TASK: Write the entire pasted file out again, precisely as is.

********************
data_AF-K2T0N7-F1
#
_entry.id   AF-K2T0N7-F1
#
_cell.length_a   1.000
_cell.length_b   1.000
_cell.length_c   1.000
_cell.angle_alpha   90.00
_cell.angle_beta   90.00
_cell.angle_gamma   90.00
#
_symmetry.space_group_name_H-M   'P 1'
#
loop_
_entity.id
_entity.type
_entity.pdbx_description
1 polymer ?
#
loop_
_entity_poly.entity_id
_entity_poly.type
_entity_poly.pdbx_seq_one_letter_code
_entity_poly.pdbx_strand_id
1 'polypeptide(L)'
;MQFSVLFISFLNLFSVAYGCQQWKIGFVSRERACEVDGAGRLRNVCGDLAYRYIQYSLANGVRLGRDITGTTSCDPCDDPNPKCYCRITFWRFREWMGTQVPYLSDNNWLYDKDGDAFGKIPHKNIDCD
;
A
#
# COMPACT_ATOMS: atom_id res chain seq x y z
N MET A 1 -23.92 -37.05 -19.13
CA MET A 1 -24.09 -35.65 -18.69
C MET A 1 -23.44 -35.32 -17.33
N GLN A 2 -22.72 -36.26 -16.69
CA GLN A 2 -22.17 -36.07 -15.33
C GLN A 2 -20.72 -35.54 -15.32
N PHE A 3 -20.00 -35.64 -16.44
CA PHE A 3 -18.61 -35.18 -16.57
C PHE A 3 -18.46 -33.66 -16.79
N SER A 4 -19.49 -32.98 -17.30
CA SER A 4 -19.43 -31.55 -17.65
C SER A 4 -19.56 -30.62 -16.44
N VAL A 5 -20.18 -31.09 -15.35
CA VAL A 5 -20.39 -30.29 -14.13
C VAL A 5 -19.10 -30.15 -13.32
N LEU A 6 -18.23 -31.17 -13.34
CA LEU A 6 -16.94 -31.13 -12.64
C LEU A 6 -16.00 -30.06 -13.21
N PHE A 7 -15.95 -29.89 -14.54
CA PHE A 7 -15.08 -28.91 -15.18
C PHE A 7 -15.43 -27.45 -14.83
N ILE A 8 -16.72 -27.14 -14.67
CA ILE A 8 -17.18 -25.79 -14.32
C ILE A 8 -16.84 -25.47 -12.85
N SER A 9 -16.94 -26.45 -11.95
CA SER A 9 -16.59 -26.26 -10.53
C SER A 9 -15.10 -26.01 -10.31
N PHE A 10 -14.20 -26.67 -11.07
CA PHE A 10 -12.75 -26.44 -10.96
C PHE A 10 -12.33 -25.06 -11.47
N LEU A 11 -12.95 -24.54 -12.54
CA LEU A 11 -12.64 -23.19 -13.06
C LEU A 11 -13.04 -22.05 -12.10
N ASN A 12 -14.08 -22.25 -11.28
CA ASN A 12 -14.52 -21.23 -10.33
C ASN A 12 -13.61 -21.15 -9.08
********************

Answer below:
data_AF-K2T0N7-F1
#
_entry.id   AF-K2T0N7-F1
#
_cell.length_a   1.000
_cell.length_b   1.000
_cell.length_c   1.000
_cell.angle_alpha   90.00
_cell.angle_beta   90.00
_cell.angle_gamma   90.00
#
_symmetry.space_group_name_H-M   'P 1'
#
loop_
_entity.id
_entity.type
_entity.pdbx_description
1 polymer ?
#
loop_
_entity_poly.entity_id
_entity_poly.type
_entity_poly.pdbx_seq_one_letter_code
_entity_poly.pdbx_strand_id
1 'polypeptide(L)'
;MQFSVLFISFLNLFSVAYGCQQWKIGFVSRERACEVDGAGRLRNVCGDLAYRYIQYSLANGVRLGRDITGTTSCDPCDDPNPKCYCRITFWRFREWMGTQVPYLSDNNWLYDKDGDAFGKIPHKNIDCD
;
A
#
# COMPACT_ATOMS: atom_id res chain seq x y z
N MET A 1 -23.92 -37.05 -19.13
CA MET A 1 -24.09 -35.65 -18.69
C MET A 1 -23.44 -35.32 -17.33
N GLN A 2 -22.72 -36.26 -16.69
CA GLN A 2 -22.17 -36.07 -15.33
C GLN A 2 -20.72 -35.54 -15.32
N PHE A 3 -20.00 -35.64 -16.44
CA PHE A 3 -18.61 -35.18 -16.57
C PHE A 3 -18.46 -33.66 -16.79
N SER A 4 -19.49 -32.98 -17.30
CA SER A 4 -19.43 -31.55 -17.65
C SER A 4 -19.56 -30.62 -16.44
N VAL A 5 -20.18 -31.09 -15.35
CA VAL A 5 -20.39 -30.29 -14.13
C VAL A 5 -19.10 -30.15 -13.32
N LEU A 6 -18.23 -31.17 -13.34
CA LEU A 6 -16.94 -31.13 -12.64
C LEU A 6 -16.00 -30.06 -13.21
N PHE A 7 -15.95 -29.89 -14.54
CA PHE A 7 -15.08 -28.91 -15.18
C PHE A 7 -15.43 -27.45 -14.83
N ILE A 8 -16.72 -27.14 -14.67
CA ILE A 8 -17.18 -25.79 -14.32
C ILE A 8 -16.84 -25.47 -12.85
N SER A 9 -16.94 -26.45 -11.95
CA SER A 9 -16.59 -26.26 -10.53
C SER A 9 -15.10 -26.01 -10.31
N PHE A 10 -14.20 -26.67 -11.07
CA PHE A 10 -12.75 -26.44 -10.96
C PHE A 10 -12.33 -25.06 -11.47
N LEU A 11 -12.95 -24.54 -12.54
CA LEU A 11 -12.64 -23.19 -13.06
C LEU A 11 -13.04 -22.05 -12.10
N ASN A 12 -14.08 -22.25 -11.28
CA ASN A 12 -14.52 -21.23 -10.33
C ASN A 12 -13.61 -21.15 -9.08